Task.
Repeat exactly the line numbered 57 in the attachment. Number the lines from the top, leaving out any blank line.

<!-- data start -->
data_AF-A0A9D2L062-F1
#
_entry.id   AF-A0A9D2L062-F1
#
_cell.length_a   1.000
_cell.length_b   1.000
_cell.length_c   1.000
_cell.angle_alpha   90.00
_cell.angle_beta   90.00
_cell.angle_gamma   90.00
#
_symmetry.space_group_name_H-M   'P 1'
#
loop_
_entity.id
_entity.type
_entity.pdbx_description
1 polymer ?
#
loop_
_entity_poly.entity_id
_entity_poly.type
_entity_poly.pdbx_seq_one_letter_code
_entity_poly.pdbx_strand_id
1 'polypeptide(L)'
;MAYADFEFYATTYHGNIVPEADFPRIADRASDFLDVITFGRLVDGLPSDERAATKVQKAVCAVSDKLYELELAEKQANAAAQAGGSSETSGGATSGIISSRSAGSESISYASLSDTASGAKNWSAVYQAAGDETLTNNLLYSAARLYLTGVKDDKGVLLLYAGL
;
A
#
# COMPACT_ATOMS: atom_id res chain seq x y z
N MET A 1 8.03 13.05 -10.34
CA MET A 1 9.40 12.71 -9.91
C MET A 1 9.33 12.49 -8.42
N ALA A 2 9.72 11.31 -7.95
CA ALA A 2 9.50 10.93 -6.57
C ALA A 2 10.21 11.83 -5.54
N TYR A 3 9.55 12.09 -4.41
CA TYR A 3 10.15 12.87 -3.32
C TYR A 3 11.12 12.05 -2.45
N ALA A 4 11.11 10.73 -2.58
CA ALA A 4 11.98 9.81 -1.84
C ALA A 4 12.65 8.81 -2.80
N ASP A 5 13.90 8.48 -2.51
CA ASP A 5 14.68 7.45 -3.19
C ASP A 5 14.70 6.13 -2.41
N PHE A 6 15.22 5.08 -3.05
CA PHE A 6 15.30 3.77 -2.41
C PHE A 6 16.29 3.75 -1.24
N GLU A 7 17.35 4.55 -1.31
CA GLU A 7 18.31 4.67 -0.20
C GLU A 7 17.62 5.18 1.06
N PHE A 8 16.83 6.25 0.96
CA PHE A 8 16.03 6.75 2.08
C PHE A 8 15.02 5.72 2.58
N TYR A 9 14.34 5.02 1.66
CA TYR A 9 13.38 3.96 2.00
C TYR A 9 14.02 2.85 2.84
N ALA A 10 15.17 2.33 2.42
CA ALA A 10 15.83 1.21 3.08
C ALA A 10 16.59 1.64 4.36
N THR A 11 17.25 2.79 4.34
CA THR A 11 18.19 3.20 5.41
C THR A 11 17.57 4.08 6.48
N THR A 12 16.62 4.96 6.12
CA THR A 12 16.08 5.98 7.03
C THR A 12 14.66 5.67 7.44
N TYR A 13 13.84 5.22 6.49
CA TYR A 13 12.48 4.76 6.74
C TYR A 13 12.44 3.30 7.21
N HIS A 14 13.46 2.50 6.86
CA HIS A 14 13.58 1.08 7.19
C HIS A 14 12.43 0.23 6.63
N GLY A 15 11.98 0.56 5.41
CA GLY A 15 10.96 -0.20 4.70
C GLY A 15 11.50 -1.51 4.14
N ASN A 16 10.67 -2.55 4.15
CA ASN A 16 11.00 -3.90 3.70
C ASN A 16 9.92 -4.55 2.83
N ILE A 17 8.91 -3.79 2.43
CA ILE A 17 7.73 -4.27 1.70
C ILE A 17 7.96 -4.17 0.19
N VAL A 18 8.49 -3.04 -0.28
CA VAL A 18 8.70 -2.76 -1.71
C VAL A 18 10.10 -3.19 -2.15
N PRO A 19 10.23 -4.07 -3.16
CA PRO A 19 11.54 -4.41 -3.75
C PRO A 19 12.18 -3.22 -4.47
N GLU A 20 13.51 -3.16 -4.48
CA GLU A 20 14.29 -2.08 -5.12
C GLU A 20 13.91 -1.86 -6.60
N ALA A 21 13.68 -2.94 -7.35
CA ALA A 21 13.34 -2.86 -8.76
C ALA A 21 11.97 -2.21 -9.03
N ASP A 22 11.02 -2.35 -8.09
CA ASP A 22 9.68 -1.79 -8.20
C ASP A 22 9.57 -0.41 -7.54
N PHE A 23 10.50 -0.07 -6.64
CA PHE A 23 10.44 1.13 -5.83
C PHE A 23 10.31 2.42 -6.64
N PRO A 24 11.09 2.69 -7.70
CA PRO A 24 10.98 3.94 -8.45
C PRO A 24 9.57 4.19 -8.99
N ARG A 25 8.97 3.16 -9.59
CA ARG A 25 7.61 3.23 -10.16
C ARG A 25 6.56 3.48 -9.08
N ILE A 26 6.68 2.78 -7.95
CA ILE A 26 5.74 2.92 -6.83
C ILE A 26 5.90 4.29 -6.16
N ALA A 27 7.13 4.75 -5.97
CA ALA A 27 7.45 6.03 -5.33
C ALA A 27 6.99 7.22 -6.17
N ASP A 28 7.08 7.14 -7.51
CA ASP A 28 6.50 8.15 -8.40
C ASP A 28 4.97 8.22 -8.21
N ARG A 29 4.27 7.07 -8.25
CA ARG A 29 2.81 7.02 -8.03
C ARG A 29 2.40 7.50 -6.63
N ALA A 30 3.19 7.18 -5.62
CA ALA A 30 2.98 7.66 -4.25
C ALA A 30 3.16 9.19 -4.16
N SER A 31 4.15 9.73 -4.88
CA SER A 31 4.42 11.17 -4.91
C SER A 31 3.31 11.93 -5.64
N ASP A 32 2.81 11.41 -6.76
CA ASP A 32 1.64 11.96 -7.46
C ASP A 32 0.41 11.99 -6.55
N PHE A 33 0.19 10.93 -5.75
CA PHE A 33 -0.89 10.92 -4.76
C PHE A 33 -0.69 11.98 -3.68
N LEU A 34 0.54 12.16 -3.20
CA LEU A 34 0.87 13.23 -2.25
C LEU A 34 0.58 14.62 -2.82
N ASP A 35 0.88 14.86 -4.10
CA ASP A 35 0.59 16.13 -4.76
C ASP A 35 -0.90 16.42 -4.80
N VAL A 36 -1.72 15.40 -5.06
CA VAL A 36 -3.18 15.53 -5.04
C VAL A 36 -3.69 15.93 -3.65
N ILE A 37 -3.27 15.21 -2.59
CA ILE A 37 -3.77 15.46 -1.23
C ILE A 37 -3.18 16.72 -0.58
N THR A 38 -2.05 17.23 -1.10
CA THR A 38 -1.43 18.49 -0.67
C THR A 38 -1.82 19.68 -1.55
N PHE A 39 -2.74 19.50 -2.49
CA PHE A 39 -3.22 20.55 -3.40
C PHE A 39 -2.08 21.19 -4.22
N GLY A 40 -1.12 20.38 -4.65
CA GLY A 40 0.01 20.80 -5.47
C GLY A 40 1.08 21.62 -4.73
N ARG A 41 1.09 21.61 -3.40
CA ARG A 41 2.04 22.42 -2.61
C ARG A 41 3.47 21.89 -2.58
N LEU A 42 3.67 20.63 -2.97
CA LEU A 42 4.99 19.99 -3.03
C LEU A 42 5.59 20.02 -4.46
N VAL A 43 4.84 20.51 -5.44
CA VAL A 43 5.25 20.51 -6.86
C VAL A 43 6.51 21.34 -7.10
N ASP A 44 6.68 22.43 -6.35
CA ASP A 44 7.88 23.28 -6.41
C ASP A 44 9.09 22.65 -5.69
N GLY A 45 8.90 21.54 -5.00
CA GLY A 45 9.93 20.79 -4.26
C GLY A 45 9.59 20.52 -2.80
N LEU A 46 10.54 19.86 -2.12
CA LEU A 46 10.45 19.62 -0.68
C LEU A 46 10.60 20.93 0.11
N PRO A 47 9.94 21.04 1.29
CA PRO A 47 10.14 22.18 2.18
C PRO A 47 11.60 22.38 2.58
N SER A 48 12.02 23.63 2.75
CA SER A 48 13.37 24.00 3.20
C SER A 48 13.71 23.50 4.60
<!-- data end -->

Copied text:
C TYR A 9 14.02 2.85 2.84